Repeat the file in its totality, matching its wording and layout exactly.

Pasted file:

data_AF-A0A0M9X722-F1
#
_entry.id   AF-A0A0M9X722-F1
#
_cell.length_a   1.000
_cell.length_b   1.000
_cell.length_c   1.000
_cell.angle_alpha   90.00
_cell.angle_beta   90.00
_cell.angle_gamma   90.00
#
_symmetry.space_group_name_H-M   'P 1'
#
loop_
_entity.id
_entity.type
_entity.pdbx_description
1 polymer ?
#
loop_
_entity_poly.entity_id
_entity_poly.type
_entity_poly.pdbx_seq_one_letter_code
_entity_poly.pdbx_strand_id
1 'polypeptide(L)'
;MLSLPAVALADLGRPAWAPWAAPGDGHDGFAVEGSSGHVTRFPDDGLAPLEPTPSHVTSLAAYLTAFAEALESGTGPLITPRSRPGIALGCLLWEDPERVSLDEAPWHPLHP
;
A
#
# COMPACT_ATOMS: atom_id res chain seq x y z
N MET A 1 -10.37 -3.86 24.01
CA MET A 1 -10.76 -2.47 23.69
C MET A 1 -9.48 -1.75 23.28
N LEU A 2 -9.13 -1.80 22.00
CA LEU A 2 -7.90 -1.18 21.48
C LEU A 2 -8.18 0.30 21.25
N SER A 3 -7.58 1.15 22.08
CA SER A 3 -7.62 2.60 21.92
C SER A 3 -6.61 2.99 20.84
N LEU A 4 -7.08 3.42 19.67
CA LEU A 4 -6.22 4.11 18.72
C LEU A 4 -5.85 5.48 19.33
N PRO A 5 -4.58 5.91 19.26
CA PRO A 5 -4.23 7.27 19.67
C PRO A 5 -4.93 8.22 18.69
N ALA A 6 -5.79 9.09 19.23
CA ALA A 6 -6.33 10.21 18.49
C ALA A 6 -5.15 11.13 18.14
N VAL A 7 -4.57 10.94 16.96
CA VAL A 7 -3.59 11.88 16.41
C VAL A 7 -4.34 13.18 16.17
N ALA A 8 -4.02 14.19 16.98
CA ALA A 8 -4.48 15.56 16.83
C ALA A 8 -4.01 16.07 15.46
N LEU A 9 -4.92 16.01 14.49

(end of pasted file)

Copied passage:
data_AF-A0A0M9X722-F1
#
_entry.id   AF-A0A0M9X722-F1
#
_cell.length_a   1.000
_cell.length_b   1.000
_cell.length_c   1.000
_cell.angle_alpha   90.00
_cell.angle_beta   90.00
_cell.angle_gamma   90.00
#
_symmetry.space_group_name_H-M   'P 1'
#
loop_
_entity.id
_entity.type
_entity.pdbx_description
1 polymer ?
#
loop_
_entity_poly.entity_id
_entity_poly.type
_entity_poly.pdbx_seq_one_letter_code
_entity_poly.pdbx_strand_id
1 'polypeptide(L)'
;MLSLPAVALADLGRPAWAPWAAPGDGHDGFAVEGSSGHVTRFPDDGLAPLEPTPSHVTSLAAYLTAFAEALESGTGPLITPRSRPGIALGCLLWEDPERVSLDEAPWHPLHP
;
A
#
# COMPACT_ATOMS: atom_id res chain seq x y z
N MET A 1 -10.37 -3.86 24.01
CA MET A 1 -10.76 -2.47 23.69
C MET A 1 -9.48 -1.75 23.28
N LEU A 2 -9.13 -1.80 22.00
CA LEU A 2 -7.90 -1.18 21.48
C LEU A 2 -8.18 0.30 21.25
N SER A 3 -7.58 1.15 22.08
CA SER A 3 -7.62 2.60 21.92
C SER A 3 -6.61 2.99 20.84
N LEU A 4 -7.08 3.42 19.67
CA LEU A 4 -6.22 4.11 18.72
C LEU A 4 -5.85 5.48 19.33
N PRO A 5 -4.58 5.91 19.26
CA PRO A 5 -4.23 7.27 19.67
C PRO A 5 -4.93 8.22 18.69
N ALA A 6 -5.79 9.09 19.23
CA ALA A 6 -6.33 10.21 18.49
C ALA A 6 -5.15 11.13 18.14
N VAL A 7 -4.57 10.94 16.96
CA VAL A 7 -3.59 11.88 16.41
C VAL A 7 -4.34 13.18 16.17
N ALA A 8 -4.02 14.19 16.98
CA ALA A 8 -4.48 15.56 16.83
C ALA A 8 -4.01 16.07 15.46
N LEU A 9 -4.92 16.01 14.49